Immediately after the crash, CAL FIRE grounded their remaining air tankers, which is standard procedure after a serious accident.

A graphic photo of the flaming wreckage falling down the steep slope has been posted at a rock climbing forum.

The S-2T air tanker, registration number N449DF, was designated Tanker 81, one of 23 S-2Ts that are maintained and flown by DynCorp for CAL FIRE. The agency also has one spare that is used to fill in as needed when an aircraft is undergoing maintenance. CAL FIRE hires their own pilots for their 11 UH-1H Super Huey helicopters, but they are also maintained by DynCorp.

The last time a CAL FIRE air tanker crashed was in 2001, when two tankers collided while fighting a fire in Mendocino County, killing both pilots, Daniel Berlant, spokesperson for CAL FIRE said.

The agency had another plane crash in 2006, when a battalion chief and a pilot were killed in the crash of an air attack plane in Tulare County.

The S-2 first flew in 1952 and the U.S. Navy discontinued the use of them in 1976. They were used for detecting enemy ships and submarines and for dropping torpedoes. The ones currently being used by CAL FIRE were converted from piston to turbine engines between 1999 and 2005. Some media outlets are incorrectly reporting that the Tanker that crashed on Tuesday was built in 2001. That may be the date that it was converted to turbine engines and was given the new model name S-2F3 Turbo Tracker. They are now commonly referred to as S-2T, with the “T” standing for turbine engine.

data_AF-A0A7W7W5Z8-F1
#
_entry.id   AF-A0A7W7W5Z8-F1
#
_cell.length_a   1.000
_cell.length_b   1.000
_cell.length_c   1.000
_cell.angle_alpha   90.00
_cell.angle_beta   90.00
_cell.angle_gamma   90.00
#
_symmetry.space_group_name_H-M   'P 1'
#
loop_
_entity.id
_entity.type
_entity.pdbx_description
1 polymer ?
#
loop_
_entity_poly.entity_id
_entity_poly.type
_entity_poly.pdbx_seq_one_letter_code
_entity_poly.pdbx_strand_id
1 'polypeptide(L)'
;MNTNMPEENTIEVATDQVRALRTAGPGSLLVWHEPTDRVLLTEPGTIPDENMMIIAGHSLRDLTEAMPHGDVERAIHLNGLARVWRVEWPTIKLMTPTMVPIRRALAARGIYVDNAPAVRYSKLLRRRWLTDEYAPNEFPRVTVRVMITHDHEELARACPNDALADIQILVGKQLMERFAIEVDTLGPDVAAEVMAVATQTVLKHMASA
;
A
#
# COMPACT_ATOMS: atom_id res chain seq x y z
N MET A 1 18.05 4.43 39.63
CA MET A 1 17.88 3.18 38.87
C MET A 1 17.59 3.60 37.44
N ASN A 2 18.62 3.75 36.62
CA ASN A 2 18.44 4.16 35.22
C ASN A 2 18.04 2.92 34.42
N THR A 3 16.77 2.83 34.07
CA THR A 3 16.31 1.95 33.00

More information about the crash and the Dog Rock Fire is at Wildfire Today.

Our sincere condolences go out to the family, friends, and coworkers of Mr. Hunt.

S-2T crashes while fighting Yosemite fire

CAL FIRE has announced that an S-2T air tanker has crashed while fighting the Dog Rock Fire in Yosemite National Park in California. There is no word yet about the condition of the pilot. Emergency personnel are hiking to the crash site.

More information is at Wildfire Today.

Air tanker pilot killed in Spain

From Waypoint Airmed & Rescue, dated May 26, 2014:

A pilot was killed when the AT802 plane she was flying crashed into a hillside during a firefighting mission in Almeria, Spain, at around 14:20 hrs on 25 May. The 40-year-old woman, named in reports as Sonia Morales Martínez, was part of an INFOCA team tackling a wildfire in the Sierra de Los Filabres in the Serón area. INFOCA released a statement of condolence to the pilot’s family, noting that she had extensive experience in aerial firefighting including over 5,000 hours’ flight time on this model of plane. She also served as a flight instructor.

Witnesses reported seeing unusual movements in the plane’s tail before it fell to the ground and burst into flames. It is believed that the pilot was killed on impact.

A Spanish language article about the accident can be found at ABCandalucia.

Our sincere condolences go out to the friends, co-workers,and family of Ms. Martinez.